• If you are out for a while (I’m often out for 6 – 10 hours) it will go shiny. You can deal with this by applying powder over the top.
    • Try not to tamper too much with your make-up once its finished, because its very easy to make a mess. I keep a stick of concealer in my handbag and if blemishes appear I may dab them very carefully, and dab a little powder on top. But avoid it unless absolutely necessary.
  2. Dramatic eyebrows are very fashionable at the moment, but I suspect its a lot more difficult for a t-girl to carry off this look than a pretty 18-year-old. I pluck my eyebrows. This creates the possibility that people will notice that I have very tidy eyebrows at work (where I’m definitely not “out”). I wear glasses which helps conceal the effect somewhat, but I’m sure people notice. Its one of those things one has to make a judgement about (like epilation – see below). My sister-in-law is the only person who has ever commented on my eyebrows – she saw me without my glasses and asked my wife if I “was a tranny”. There’s a whole story there but this is not the place!
  3. Body hair – yuck! This is a personal thing, and not something for which there is a one-size-fits-all solution. I use an epilator, every 10-12 days. The advantage of physical hair removal is that it slows regrowth; some parts of my body are much more sparsely covered nowadays. I shave my legs because I have some varicose veins – its not good to epilate in those circumstances. Epilation hurts a bit at first but after the first few times it’s really not a big deal – the hairs come out more easily. It is somewhat time-consuming, but I have a very stressful job and being forced to do something mindless for 45 min every 10-12 days is frankly therapeutic. The risk is that your colleagues at work will see that you have no hairs on your arms. However, male grooming is quite widespread so this may appear less remarkable than it once would have done. I’ve done it for years, and again, nobody has ever commented.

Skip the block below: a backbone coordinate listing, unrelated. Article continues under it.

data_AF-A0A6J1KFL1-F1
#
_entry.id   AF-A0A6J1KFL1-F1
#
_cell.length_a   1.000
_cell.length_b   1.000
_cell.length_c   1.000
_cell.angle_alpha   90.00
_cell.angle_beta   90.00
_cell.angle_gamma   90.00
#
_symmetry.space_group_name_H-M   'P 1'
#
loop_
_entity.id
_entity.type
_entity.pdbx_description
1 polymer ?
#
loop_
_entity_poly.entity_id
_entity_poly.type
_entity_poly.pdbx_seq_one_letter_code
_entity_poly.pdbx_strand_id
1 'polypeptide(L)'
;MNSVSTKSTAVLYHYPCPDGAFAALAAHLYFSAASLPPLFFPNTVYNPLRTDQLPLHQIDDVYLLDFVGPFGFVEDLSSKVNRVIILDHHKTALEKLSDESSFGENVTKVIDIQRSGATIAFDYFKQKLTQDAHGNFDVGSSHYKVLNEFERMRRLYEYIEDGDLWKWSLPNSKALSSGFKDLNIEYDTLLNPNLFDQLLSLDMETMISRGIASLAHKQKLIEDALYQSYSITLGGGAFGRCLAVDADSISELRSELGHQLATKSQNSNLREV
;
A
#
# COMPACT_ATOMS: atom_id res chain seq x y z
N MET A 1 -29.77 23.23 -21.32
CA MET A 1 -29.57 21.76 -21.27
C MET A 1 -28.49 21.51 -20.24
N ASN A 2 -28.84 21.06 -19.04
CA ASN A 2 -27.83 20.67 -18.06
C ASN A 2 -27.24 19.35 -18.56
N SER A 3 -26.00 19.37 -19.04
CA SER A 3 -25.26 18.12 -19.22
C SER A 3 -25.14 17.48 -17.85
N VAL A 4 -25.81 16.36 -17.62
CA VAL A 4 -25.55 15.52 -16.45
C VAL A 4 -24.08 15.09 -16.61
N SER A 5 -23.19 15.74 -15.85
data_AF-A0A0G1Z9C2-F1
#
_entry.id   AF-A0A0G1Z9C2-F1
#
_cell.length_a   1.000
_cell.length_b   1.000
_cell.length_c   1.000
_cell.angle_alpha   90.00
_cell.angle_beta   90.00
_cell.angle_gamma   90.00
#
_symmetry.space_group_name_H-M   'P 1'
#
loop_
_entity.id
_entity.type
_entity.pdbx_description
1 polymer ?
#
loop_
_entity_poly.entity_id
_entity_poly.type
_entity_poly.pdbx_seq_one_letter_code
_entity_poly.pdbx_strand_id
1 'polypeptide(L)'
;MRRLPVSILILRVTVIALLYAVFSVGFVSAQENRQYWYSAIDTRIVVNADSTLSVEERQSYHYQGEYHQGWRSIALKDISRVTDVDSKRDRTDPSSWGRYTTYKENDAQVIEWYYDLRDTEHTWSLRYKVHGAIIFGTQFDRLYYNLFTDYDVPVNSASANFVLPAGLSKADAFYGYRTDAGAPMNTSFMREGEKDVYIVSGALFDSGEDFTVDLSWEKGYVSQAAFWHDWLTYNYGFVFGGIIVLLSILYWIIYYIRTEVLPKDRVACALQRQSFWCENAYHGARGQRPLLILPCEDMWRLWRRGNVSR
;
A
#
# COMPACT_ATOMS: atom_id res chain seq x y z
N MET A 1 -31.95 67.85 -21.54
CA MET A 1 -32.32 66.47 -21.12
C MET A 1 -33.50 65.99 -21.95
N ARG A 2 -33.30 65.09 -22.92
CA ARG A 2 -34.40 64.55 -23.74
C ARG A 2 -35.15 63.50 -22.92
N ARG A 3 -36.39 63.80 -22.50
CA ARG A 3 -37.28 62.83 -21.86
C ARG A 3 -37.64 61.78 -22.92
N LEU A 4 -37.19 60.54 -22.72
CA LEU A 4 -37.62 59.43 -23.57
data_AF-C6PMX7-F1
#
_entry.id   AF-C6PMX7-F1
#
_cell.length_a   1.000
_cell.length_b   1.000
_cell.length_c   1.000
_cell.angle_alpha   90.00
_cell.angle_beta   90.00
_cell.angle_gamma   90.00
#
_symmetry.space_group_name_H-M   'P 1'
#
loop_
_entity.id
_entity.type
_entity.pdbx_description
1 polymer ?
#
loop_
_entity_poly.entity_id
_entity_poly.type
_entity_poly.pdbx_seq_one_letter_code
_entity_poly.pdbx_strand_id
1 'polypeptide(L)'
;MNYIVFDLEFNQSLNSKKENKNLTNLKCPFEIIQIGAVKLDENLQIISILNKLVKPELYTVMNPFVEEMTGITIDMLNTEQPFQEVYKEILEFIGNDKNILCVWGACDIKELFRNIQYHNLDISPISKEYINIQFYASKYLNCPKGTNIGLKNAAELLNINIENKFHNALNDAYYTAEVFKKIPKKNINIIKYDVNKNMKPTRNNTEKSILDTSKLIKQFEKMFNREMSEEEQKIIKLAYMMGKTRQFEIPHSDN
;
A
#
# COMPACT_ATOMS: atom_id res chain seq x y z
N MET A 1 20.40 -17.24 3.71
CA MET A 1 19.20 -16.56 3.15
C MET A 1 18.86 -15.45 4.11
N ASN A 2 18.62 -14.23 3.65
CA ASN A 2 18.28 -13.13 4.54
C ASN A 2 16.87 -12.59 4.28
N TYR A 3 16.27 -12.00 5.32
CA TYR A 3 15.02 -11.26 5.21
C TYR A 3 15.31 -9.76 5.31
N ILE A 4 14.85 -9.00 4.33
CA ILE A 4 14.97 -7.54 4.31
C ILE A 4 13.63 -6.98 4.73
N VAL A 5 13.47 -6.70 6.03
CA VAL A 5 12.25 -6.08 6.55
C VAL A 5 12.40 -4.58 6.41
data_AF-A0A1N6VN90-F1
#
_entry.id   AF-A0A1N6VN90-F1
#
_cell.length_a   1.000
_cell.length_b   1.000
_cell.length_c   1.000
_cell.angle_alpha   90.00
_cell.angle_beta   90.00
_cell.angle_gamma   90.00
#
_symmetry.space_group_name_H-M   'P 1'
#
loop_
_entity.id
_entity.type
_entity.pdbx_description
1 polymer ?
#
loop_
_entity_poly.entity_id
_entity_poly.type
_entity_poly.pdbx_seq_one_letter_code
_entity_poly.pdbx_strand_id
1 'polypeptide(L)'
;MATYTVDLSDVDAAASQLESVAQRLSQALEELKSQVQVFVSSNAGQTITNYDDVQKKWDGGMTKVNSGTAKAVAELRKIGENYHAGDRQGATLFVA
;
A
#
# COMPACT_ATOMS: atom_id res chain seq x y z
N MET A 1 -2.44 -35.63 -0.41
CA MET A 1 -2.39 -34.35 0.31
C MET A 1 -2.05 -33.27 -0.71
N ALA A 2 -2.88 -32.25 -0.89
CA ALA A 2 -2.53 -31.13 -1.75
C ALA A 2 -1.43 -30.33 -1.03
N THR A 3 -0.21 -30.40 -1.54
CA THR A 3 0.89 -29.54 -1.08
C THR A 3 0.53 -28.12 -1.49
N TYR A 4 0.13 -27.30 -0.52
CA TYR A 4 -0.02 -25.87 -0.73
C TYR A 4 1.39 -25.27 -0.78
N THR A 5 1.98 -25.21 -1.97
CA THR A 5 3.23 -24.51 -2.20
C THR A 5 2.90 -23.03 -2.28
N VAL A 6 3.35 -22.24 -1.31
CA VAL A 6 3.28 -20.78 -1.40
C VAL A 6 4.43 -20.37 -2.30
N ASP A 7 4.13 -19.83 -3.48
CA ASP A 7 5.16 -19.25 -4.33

4. Breastforms: most of us wear falsies. I’ve had the same pair for years; investing in a good pair (if you can) makes sense. But think hard before you buy. Many t-girls go for big ones because perhaps that’s what they find attractive in a woman. But remember, we guys tend to have much slimmer hips. Breasts and hips are regions where women’s hormones direct the accumulation of fat. Thus if you’re very slim on the hips you’ll look daft with a large bust; instead go for smaller breasts. If you carry a little more weight, then you may be able to get away with larger breasts.
  5. Hips: women’s hips come in a range of sizes; slimmer middle-aged ladies often have less pronounced curvature in the hips. However, they will still have more curvature than the vast majority of guys. Some t-girls wear padding around the hips. I don’t but I do choose my clothes carefully – I go for fuller skirts, and avoid clingy fabrics. Structured fabrics work much better too. Many occasion-wear dresses cling around the hips, because a woman may very well want to show off her curves on a night out. However, I tend to avoid that sort of dress because I feel its really unflattering. The fuller the skirt the better in my view.